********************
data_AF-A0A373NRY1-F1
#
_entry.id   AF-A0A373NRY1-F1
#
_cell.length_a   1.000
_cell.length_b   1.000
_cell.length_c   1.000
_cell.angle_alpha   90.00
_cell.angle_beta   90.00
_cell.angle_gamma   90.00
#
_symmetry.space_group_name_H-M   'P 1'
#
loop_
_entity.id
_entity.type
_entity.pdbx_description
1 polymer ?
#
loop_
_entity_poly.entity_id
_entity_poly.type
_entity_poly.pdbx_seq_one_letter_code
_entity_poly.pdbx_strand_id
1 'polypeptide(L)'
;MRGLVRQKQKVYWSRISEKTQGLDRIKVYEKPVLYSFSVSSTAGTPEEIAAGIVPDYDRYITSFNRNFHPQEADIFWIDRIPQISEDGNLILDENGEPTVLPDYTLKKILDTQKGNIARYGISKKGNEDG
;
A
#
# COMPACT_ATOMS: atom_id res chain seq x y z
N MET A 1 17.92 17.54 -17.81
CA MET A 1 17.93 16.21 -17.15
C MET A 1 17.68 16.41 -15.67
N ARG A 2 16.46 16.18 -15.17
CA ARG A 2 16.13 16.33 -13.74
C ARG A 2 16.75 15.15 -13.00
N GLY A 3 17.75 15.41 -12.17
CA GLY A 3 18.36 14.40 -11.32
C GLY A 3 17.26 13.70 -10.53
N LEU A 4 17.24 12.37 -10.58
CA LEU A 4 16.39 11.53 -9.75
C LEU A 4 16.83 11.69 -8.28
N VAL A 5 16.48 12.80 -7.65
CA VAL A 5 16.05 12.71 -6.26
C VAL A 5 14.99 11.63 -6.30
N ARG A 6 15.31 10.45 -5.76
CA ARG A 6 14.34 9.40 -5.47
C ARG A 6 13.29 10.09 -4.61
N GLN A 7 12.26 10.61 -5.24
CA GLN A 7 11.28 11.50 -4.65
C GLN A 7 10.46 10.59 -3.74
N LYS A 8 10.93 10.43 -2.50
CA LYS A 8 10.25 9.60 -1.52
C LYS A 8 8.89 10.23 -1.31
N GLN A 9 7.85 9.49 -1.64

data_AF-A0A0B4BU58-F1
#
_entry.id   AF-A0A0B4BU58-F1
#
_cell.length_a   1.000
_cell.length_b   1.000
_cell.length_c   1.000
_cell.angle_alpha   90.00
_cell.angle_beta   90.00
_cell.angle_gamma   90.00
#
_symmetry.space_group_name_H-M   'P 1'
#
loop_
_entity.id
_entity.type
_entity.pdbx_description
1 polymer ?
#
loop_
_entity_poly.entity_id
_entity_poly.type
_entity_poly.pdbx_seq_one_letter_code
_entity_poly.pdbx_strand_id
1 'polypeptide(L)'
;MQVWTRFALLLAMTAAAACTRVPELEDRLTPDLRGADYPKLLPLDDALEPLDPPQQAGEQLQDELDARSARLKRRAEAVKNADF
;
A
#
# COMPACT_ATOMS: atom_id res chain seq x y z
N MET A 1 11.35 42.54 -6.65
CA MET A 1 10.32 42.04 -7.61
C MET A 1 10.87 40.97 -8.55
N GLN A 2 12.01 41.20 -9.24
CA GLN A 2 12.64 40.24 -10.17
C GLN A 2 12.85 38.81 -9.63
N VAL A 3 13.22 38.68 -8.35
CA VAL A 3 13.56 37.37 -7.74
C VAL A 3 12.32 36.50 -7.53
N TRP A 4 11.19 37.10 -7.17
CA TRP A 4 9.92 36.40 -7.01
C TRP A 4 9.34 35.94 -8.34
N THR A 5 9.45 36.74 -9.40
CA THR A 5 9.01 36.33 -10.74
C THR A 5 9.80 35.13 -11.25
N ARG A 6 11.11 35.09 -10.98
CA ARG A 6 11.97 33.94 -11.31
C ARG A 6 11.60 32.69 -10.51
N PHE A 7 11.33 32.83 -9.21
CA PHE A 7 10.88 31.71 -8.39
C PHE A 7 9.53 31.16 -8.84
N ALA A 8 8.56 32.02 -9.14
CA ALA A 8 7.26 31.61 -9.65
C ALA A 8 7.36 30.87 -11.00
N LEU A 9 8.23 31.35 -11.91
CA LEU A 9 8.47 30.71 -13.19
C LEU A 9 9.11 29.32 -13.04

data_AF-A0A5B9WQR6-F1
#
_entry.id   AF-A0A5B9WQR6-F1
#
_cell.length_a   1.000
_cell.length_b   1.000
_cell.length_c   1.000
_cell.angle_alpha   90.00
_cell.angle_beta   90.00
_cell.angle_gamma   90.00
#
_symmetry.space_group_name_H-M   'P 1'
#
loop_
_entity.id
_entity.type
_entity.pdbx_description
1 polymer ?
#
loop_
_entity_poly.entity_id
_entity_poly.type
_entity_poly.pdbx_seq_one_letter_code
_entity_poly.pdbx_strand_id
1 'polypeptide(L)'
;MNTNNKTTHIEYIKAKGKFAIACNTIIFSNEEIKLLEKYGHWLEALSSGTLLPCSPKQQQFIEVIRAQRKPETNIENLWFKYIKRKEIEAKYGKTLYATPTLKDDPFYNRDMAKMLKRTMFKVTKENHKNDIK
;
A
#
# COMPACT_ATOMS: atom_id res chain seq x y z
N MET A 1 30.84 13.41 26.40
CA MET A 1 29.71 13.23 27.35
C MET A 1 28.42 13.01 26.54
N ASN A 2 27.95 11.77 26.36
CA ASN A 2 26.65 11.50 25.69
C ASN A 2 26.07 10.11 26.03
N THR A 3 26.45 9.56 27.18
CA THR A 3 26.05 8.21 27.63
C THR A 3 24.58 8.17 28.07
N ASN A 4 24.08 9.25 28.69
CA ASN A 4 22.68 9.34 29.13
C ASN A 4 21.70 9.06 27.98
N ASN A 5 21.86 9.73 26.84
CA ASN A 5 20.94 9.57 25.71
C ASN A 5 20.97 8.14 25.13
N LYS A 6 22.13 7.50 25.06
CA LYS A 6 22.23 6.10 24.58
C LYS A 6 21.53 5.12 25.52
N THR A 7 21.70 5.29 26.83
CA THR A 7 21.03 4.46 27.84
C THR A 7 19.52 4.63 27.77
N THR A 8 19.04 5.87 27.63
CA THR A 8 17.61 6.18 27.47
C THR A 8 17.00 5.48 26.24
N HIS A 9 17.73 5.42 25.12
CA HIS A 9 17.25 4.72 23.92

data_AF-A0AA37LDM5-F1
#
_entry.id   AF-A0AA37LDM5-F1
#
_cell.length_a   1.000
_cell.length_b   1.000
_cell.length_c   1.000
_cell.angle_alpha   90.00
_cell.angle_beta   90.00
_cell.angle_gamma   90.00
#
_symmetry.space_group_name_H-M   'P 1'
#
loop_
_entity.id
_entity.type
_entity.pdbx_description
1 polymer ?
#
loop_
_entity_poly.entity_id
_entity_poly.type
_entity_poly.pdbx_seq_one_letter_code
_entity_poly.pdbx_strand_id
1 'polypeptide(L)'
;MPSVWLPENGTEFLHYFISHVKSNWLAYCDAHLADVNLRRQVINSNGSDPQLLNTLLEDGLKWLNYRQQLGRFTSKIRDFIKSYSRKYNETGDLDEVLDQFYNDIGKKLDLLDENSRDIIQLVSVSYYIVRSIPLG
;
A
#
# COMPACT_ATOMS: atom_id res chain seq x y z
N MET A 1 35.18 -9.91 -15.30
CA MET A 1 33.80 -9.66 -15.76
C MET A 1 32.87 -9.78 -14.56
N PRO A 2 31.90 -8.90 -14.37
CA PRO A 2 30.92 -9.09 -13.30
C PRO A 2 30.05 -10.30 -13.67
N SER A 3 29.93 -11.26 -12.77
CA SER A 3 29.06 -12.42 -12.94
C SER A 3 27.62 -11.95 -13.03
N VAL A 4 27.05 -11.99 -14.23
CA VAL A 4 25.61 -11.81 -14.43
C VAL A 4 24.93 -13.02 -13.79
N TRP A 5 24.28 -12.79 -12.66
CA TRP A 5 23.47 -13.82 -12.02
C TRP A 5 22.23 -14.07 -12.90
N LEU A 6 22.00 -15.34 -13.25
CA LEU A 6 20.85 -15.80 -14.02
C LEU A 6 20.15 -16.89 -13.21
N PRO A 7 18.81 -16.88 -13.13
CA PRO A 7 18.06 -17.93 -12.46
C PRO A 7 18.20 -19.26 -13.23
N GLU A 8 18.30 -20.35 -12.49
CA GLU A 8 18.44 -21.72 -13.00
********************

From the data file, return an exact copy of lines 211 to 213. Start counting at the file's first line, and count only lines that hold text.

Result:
N TRP A 5 24.28 -12.79 -12.66
CA TRP A 5 23.47 -13.82 -12.02
C TRP A 5 22.23 -14.07 -12.90